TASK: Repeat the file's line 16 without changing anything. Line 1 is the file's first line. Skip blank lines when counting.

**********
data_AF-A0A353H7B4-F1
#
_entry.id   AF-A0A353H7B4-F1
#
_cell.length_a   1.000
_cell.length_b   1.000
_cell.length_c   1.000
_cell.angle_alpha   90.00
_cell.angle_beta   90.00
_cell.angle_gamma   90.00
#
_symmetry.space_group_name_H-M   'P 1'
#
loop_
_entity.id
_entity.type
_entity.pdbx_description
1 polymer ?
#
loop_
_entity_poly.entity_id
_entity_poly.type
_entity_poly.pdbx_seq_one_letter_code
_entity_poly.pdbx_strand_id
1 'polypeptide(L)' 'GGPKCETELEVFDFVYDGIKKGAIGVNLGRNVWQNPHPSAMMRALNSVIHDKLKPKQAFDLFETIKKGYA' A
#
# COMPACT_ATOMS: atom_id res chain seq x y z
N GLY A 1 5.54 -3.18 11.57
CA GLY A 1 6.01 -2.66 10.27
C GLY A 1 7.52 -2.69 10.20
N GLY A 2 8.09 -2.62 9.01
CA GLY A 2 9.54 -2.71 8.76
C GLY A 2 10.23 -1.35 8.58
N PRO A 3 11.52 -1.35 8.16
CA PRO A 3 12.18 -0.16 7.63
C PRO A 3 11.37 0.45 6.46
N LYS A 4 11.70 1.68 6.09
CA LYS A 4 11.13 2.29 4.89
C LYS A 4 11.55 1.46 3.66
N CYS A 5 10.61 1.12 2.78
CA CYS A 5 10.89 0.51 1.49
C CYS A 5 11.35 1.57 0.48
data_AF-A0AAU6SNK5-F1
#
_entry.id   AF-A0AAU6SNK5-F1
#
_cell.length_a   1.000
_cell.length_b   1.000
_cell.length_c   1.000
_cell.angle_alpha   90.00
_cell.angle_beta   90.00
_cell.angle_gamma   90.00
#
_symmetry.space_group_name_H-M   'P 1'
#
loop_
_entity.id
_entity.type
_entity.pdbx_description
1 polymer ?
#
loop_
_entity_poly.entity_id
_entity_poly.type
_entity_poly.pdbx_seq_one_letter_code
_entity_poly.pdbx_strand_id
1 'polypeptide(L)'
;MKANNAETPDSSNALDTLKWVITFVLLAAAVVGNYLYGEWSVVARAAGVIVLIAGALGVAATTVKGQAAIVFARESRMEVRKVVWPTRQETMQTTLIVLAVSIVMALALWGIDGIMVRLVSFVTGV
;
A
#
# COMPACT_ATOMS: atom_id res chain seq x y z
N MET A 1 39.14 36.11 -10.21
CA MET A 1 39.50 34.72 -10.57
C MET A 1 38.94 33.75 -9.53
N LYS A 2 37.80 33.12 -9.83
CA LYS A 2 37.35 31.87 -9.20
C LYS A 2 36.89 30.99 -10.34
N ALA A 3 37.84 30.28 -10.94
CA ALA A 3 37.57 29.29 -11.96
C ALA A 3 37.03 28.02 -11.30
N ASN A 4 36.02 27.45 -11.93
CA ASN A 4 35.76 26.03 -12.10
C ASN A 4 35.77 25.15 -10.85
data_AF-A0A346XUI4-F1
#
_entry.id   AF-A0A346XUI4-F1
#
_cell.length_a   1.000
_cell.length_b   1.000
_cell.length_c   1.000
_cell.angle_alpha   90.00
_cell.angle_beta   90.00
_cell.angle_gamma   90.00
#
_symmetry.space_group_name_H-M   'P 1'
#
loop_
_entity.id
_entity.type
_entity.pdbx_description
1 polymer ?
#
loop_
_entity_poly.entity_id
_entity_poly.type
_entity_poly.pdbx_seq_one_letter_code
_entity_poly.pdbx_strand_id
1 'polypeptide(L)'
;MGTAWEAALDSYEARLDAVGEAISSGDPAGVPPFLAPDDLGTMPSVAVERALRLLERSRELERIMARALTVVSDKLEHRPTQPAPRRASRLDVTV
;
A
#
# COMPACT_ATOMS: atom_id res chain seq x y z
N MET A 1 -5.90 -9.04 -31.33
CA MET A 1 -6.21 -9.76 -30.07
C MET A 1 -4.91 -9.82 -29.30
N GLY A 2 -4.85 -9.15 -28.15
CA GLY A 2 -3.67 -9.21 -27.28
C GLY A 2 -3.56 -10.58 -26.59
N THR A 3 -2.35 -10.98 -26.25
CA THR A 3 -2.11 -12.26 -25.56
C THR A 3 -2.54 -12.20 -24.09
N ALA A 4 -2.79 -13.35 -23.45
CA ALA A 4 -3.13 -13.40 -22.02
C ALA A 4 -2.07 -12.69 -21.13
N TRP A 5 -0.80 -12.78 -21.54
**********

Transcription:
_entity.type